Some motors have a D-shaped shaft instead of a circular one. You can design a D-shaped hole if you like, to help with the fit, but you will need to test and adjust the fit with a few prototype wheels to get this right.
Step C: Change the number of sides to the maximum amount.
Step D: Select both shapes, and use the align tool to add the hole to the exact centre of your wheel (Pictures #1-3). To make this easier, switch to both Top and Orthographic (flat) view!
Step E: Group the two shapes together to cut the hole out of your wheel shape (Picture #4).
Well done, you have a basic wheel design!
Step 4: Creating a Unique Wheel Design
You can gain some advantages by designing some cut-outs in your wheel:
- save on material if 3d printing
- reduce weight
- make it unique
A few ideas (in green) and some examples of not-good designs (in red) are shown in the picture above!
Below, we'll walk through how to create a wheel with four star cut-outs, equally spaced around the wheel.
Step A: Drag-and-drop a star shape onto your Workplane, and resize it to fit within your design.
Step B: Align the star with the centre of the wheel.
Step C: Duplicate the star three times - you will now have four identical shapes in the centre of your wheel (Picture #2).
Step D: Drag one of the stars upwards until you are happy with its position - you can use the position markers to move it a set amount (Picture #3). Remember how much you moved it, so you can move the other shapes the same amount!
Step E: Click on the next star, and rotate it by 90 degrees (Picture #4).
Step F: Move the rotated star sideways by the same amount that you moved the first star upwards.
Step G: Repeat for the next two stars - rotate by 180 and 270 degrees, and move to their positions.
Step H: Change all of the stars into Holes (Picture #5).
Step I: Group all of the pieces together, to cut the stars out of your wheel.
Step J: Check your model! Rotate around it to make sure it looks the way you expect.
If you are having problems with your model:
- Ungroup the pieces, the rotate around the model.
- Is everything aligned to the Workplane? If not, use the align tool to put the pieces together.
You can see and remix the example wheel here: https://www.tinkercad.com/things/iiTpfbQVisG
When you are happy with your design, export it in the appropriate format (we use .STL for the 3D printers, and .SVG for the laser cutter) then fabricate it in your chosen material!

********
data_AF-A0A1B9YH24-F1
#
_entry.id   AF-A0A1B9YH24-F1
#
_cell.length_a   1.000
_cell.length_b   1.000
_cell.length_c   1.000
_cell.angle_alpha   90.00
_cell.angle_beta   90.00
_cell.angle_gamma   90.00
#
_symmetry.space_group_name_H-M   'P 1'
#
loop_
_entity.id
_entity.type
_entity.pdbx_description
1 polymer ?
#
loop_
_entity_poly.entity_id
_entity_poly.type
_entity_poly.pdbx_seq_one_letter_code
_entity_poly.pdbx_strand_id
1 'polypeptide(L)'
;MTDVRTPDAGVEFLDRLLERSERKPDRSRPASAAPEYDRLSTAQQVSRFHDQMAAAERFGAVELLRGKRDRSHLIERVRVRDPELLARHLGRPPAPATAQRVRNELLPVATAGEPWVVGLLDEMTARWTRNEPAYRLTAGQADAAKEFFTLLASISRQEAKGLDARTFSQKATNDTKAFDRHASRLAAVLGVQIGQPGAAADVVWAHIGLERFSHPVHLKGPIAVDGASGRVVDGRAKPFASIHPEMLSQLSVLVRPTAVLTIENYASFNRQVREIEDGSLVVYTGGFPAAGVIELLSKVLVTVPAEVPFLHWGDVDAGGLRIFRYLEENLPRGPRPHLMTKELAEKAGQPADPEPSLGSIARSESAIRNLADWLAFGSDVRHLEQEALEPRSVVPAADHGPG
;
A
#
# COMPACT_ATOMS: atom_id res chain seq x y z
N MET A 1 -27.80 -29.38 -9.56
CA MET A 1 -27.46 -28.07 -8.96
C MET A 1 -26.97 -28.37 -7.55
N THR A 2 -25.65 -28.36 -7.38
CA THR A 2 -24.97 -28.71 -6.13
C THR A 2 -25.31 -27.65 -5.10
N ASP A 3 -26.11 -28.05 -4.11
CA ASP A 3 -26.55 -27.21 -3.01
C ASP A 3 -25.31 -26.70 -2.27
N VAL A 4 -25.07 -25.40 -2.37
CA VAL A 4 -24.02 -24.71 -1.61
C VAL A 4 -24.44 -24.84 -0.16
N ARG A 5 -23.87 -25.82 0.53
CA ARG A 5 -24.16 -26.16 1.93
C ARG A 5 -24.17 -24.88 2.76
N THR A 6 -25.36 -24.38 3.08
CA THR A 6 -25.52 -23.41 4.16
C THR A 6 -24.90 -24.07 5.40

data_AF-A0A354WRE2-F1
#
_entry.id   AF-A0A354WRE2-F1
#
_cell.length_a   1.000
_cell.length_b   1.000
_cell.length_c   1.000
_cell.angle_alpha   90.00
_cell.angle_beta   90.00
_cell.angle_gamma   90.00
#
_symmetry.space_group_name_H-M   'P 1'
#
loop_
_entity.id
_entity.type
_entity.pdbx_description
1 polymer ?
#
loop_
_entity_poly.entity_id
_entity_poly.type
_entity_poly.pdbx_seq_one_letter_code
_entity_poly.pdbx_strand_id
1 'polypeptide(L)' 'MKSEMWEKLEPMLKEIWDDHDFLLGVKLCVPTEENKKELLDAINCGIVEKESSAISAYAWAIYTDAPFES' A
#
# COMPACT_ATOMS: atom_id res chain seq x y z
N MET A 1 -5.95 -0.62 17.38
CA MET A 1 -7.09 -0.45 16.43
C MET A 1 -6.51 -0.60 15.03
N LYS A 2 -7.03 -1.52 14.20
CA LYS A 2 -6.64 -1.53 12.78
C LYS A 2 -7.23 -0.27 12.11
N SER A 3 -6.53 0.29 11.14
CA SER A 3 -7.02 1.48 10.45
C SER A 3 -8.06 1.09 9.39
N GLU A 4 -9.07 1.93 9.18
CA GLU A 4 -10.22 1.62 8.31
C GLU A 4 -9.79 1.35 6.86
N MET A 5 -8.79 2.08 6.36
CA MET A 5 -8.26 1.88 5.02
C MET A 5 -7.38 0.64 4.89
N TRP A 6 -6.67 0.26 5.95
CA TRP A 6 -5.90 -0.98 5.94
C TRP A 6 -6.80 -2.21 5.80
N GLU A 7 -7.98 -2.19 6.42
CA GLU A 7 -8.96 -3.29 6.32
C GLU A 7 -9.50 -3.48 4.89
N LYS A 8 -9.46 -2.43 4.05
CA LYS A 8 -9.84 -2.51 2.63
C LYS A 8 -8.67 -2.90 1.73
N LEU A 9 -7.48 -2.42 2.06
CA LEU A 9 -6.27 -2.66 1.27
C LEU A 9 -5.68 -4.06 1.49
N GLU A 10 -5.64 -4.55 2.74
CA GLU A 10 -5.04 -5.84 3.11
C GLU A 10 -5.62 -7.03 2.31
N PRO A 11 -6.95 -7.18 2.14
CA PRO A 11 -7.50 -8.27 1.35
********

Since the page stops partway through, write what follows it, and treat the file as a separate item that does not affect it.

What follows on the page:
Step 5: Attaching Your New Wheels to Your Robot
If you are using Robocamp kit, you will need the following extra bits:
- cog for each motor shaft
- cog for each wheel
- M4 nut and bolt for each wheel
Choose between a gear reduction (slower speed, higher torque), or no gear reduction.
All of the files are on Thingiverse.
Step A: glue your wheel cogs onto your new wheels and leave to dry. (Picture #1)
Step B: push your motor cogs onto the motor shafts. (Picture #2)
Step C: use your nut and bolt to attach the wheel to the motor bracket. (Picture #3)
If you are glueing directly onto your motors, you will need:
- hot glue (easily removable and quick to set)
- super glue (not easily removable and slower to set)
Step A: push your wheel onto the motor shaft and check its placement.
Step B: hold it in position - checking that it is lined up straight - and add glue.
Step C: continue to hold in position until the glue is set.
Step 6: Troubleshooting Your New Wheels
Holding your robot's wheels off the ground, test the motors.
Do they turn? If yes, awesome! Move on to the next step!
Listen to your motors when you try to drive them. Are they buzzing?
If they are not buzzing, then the motors are not turning. Check that your robot is turned on and that none of your connections have come loose.
If they are buzzing, this means they are trying to turn and there is probably something physically stopping them.
- Check that your glue hasn't jammed up the motor or its gearbox - if it has, pick off the extra glue.
- Check that the nut and bolt axle isn't too tight, stopping the wheel from turning - if so, loosen it.
Step 7: Adding Tires
Now that your wheels are moving freely, you can give them tires to provide friction.
If the wheels are too slippery, they can't get enough grip on the ground to turn, meaning your robot will drive sluggishly, or not at all.
Some tire material ideas:
- rubber bands
- grippy tape
- foam tape
Experiment with a few options before committing, some will work better than others on your particular wheels.